Protein synthesis is programmed by messenger RNAs, and when enough of a given protein has been made, the mRNAs that encode it are destroyed. LMU researchers have now shown that protein synthesis and mRNA degradation are structurally linked.
In all cells, the genetic information stored in DNA molecules encodes the instructions for the synthesis of proteins. The information is first “transcribed” into messenger RNAs, which program molecular machines called ribosomes that “translate” the instructions into defined sequences of amino acids, i.e. proteins with specific functions. When an mRNA molecule is no longer needed or is recognized as being defective, it is delivered to a protein complex known as an exosome. This organelle serves as a molecular shredder, and slices mRNAs into their component subunits, starting from the trailing (3’) end of the molecule.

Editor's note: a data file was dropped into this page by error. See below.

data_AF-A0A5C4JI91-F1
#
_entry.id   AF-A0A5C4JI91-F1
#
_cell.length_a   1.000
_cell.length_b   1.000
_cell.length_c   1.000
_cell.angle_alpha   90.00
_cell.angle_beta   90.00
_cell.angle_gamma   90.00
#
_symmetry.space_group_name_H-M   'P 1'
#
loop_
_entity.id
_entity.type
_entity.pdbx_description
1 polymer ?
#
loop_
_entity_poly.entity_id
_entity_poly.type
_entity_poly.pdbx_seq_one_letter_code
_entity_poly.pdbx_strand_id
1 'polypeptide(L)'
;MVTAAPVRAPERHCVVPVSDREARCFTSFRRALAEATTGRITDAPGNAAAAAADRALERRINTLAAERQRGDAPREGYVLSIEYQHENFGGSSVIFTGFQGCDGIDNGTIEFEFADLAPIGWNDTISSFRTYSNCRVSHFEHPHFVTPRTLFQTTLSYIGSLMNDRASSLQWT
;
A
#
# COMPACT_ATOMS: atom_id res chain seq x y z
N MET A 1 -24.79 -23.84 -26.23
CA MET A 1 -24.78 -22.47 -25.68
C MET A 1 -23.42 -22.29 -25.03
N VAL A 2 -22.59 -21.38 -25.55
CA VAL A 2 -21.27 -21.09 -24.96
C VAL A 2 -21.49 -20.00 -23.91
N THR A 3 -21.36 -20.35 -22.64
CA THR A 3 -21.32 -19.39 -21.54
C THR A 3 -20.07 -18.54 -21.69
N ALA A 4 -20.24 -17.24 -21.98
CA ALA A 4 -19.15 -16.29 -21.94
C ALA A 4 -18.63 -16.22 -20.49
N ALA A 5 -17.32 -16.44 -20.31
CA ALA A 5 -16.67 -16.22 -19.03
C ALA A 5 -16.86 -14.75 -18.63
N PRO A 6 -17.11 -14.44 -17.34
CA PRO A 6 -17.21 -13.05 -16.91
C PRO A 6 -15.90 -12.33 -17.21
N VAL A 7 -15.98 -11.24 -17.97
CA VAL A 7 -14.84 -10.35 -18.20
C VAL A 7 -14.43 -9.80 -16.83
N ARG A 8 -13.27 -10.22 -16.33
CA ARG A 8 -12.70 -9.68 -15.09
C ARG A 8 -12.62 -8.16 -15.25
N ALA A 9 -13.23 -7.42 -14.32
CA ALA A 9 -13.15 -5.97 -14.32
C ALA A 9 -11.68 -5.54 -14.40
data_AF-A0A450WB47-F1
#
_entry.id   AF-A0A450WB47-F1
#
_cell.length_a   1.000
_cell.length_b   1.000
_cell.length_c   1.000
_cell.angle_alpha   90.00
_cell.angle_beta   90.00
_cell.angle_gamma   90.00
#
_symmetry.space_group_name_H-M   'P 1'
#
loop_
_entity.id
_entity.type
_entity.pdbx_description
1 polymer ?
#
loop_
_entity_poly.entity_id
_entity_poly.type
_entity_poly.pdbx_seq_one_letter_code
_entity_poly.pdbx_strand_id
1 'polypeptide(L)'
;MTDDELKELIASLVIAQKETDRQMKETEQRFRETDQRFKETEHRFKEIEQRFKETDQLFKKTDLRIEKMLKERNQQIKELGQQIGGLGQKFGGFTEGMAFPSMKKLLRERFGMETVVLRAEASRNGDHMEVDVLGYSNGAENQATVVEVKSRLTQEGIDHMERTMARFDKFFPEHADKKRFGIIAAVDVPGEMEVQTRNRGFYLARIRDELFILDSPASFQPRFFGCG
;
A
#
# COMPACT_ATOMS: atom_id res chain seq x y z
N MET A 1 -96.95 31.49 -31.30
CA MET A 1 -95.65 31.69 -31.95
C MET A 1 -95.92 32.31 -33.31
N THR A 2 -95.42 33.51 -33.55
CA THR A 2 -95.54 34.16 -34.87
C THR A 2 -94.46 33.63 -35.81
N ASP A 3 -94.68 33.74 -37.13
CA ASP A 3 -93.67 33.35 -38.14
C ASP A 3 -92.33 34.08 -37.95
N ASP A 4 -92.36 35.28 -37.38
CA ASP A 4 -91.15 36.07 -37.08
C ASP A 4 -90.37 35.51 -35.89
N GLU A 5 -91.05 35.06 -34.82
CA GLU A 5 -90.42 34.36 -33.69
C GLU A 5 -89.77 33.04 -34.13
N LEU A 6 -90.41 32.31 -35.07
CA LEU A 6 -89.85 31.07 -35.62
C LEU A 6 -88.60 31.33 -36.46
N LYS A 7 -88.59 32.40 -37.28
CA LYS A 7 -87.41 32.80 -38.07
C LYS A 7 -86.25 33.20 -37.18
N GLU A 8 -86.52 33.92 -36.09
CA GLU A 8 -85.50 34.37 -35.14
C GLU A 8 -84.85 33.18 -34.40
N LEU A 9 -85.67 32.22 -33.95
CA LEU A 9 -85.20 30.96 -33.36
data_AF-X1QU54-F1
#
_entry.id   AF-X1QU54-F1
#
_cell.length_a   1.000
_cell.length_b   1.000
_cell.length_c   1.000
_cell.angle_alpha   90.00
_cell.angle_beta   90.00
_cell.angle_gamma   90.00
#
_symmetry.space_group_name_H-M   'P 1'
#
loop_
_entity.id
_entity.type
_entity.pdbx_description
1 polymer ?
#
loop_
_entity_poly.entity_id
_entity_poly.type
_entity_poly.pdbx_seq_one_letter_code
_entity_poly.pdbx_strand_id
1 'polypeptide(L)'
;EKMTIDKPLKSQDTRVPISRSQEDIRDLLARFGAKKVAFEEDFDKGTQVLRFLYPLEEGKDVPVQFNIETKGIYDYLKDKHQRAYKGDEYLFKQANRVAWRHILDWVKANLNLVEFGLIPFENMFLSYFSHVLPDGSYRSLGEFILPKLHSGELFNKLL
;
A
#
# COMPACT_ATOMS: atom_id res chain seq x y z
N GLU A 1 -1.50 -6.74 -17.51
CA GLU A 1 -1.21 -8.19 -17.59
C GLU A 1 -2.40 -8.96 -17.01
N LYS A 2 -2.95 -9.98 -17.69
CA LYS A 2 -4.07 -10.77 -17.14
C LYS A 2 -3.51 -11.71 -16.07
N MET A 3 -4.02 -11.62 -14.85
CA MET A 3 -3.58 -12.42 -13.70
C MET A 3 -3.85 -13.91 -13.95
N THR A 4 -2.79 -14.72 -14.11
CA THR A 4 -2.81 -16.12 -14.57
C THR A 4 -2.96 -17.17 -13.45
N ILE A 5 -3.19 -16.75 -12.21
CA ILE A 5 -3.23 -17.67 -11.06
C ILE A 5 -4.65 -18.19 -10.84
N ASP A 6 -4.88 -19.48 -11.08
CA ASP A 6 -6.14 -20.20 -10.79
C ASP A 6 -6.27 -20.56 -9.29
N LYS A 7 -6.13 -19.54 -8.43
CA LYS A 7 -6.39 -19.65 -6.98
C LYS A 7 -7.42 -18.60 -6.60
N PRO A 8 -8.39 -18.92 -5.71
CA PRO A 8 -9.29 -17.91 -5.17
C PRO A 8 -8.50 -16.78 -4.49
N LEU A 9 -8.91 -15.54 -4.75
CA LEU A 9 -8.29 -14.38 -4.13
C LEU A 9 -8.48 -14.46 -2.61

LMU structural biologist Roland Beckmann, in collaboration with researchers at the Max Planck Institute for Biochemistry and the Institut Pasteur (Paris), has now shown that there is a direct molecular link between the ribosome and the exosome that degrades mRNAs. Their findings were published recently in the leading journal Science.
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The cryo-EM structure of a ribosome-Ski2-Ski3-Ski8 helicase complex.
Schmidt C, Kowalinski E, Shanmuganathan V, Defenouillère Q, Braunger K, Heuer A, Pech M, Namane A, Berninghausen O, Fromont-Racine M, Jacquier A, Conti E, Becker T, Beckmann R.
Science. 2016 Dec 16;354(6318):1431-1433.